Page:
Those illuminating structures in widespread use normally position the light a distance from the open wound, and therefore, when individuals attending the patient place their heads or hands in the area of the wound, the light may be blocked. This elimination of light becomes particularly critical when the surgical team is working in deep wounds or in a body cavity, such as, the thorax where the entrance size is particularly limited. Since light from a proximate source is easily and heavily shadowed, access, inspection, or any other activity close to'the wound area becomes extremely difficult for those individuals attending the patient. Light is easily blocked, and those attending the patient may, in certain instances, rely upon only reflected light, including light which is reflected from the sides of the wound. Such lighting problems are also encountered when remote sources of light, including ceiling lights and portable spotlights are being used.
In order to permit application of the fiber optic illuminator structure to a variety of surgical procedures, sterility of that portion of illuminator structure close to the wound must be assured. The fiber optic bundle is rendered sterile by enclosing or covering that portion of the bundle which is adjacent the patient. At the present time, such sterility is achieved by utilizing a detachable metal sleeve, with the sleeve covering the fiber bundle, and being positioned immediately above the wound, and with the metal sleeve being subjected to sterilizing procedures before each use. As an alternative, the bundle of fibers may be subjected to sterilizing operations. Unfortunately, however, light fibers are not fabricated from materials sufficiently durable to readily withstand repeated exposure to sterilizing environments.
According to present techniques, the sterilization of the detachable metal sleeve, or of the fiber bundle is normally accomplished by unskilled personnel. The routine required for removing and replacing the fiber bundle, or the metal sleeve is also normally conducted by relatively unskilled personnel, and contamination may occur during the replacing of the structures. Modest amounts of foreign material, such as foreign protein or blood or drugs may provide a potentially lethal anaphylactic reaction during the subsequent exposure to a patient who may be allergic to such materials. Such an allergic reaction may occur even though normal sterilization operations had been employed.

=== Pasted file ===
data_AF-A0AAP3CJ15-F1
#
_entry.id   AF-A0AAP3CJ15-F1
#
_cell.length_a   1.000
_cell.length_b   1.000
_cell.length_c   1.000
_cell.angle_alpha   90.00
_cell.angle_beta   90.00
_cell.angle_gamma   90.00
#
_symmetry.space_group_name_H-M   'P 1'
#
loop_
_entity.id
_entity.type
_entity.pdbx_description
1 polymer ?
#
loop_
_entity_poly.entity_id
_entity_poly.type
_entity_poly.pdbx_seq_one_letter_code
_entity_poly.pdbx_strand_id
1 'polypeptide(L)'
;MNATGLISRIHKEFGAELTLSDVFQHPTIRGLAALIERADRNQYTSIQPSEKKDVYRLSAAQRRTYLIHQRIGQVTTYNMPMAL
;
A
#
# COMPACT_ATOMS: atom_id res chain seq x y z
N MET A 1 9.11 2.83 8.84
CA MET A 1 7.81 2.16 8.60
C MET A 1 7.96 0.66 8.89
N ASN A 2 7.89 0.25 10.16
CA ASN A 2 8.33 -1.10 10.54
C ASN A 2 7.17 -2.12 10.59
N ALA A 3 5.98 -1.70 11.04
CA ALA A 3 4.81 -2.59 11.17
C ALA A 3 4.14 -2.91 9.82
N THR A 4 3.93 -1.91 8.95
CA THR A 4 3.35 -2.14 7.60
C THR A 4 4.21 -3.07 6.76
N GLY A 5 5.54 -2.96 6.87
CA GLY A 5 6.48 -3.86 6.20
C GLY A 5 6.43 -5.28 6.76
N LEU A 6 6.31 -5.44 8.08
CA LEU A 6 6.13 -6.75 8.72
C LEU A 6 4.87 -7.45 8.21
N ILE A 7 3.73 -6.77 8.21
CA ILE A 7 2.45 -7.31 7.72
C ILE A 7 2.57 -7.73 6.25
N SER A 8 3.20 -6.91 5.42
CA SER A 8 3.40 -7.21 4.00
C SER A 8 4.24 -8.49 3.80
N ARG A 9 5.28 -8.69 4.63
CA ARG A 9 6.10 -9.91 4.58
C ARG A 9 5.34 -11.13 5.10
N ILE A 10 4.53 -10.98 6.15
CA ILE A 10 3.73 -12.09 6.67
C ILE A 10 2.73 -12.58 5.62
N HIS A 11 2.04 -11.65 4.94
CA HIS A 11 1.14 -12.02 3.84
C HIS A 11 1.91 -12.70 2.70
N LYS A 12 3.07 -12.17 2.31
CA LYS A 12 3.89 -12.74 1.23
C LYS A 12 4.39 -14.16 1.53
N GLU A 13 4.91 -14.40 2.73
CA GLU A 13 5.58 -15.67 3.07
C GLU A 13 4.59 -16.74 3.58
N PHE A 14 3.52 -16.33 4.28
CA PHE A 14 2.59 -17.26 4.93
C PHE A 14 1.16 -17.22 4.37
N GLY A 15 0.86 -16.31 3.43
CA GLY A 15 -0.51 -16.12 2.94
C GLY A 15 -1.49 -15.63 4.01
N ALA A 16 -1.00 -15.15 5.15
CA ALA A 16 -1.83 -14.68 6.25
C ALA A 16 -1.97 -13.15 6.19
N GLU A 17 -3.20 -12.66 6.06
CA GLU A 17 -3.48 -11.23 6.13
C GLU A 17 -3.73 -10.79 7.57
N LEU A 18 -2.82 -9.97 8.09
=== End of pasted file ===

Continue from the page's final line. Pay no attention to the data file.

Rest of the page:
According to the present invention, a flexible tubular sheath is provided which may be massproduced, sterilized, and packaged prior to use, which sheath may be secured to a surgical illuminating structure prior to use. The sheath structures of the present invention are designed to cover that portion of the surgical illuminating apparatus which comprises the bundle of fiber optics, along with the lens disposed at the distal endthereof. As such, the structure covers that portion of the fiber bundle which must be sterilized for use during surgical procedures.
In order to provide for ease of placement of the tubular sheath onto the fiber bundle, a pair of slots are formed along the rear open portion of the tube, with one of the slots being substantially longer than the other. Such an arrangement provides for the formation of a pair of asymmetrical grasping ears which, by virtue of their configuration, enable simple and straightforward pulling of the sheath onto the fiber bundle and its terminal lens. The tip end of the sheath is, of course, closed and sealed, with the tip end being designed to minimize any interference with the light pattern emitting from the lens. In one aspect of the application entitled STERILE SHEATH APPARATUS FOR FIBER OPTIC ILLUMINATOR WITH COMPATIBLE LENS, controlled lensing may be utilized to enhance the light pattern emitted.
At the termination of each surgical procedure, thesheath apparatus of the present invention is removed from the illuminating apparatus, and discarded, with the structure being then ready for application of a new sheath apparatus for subsequent cases. Since each sheath is sterile when applied, the danger of cross contamination from previous exposures is, of course, substantially eliminated.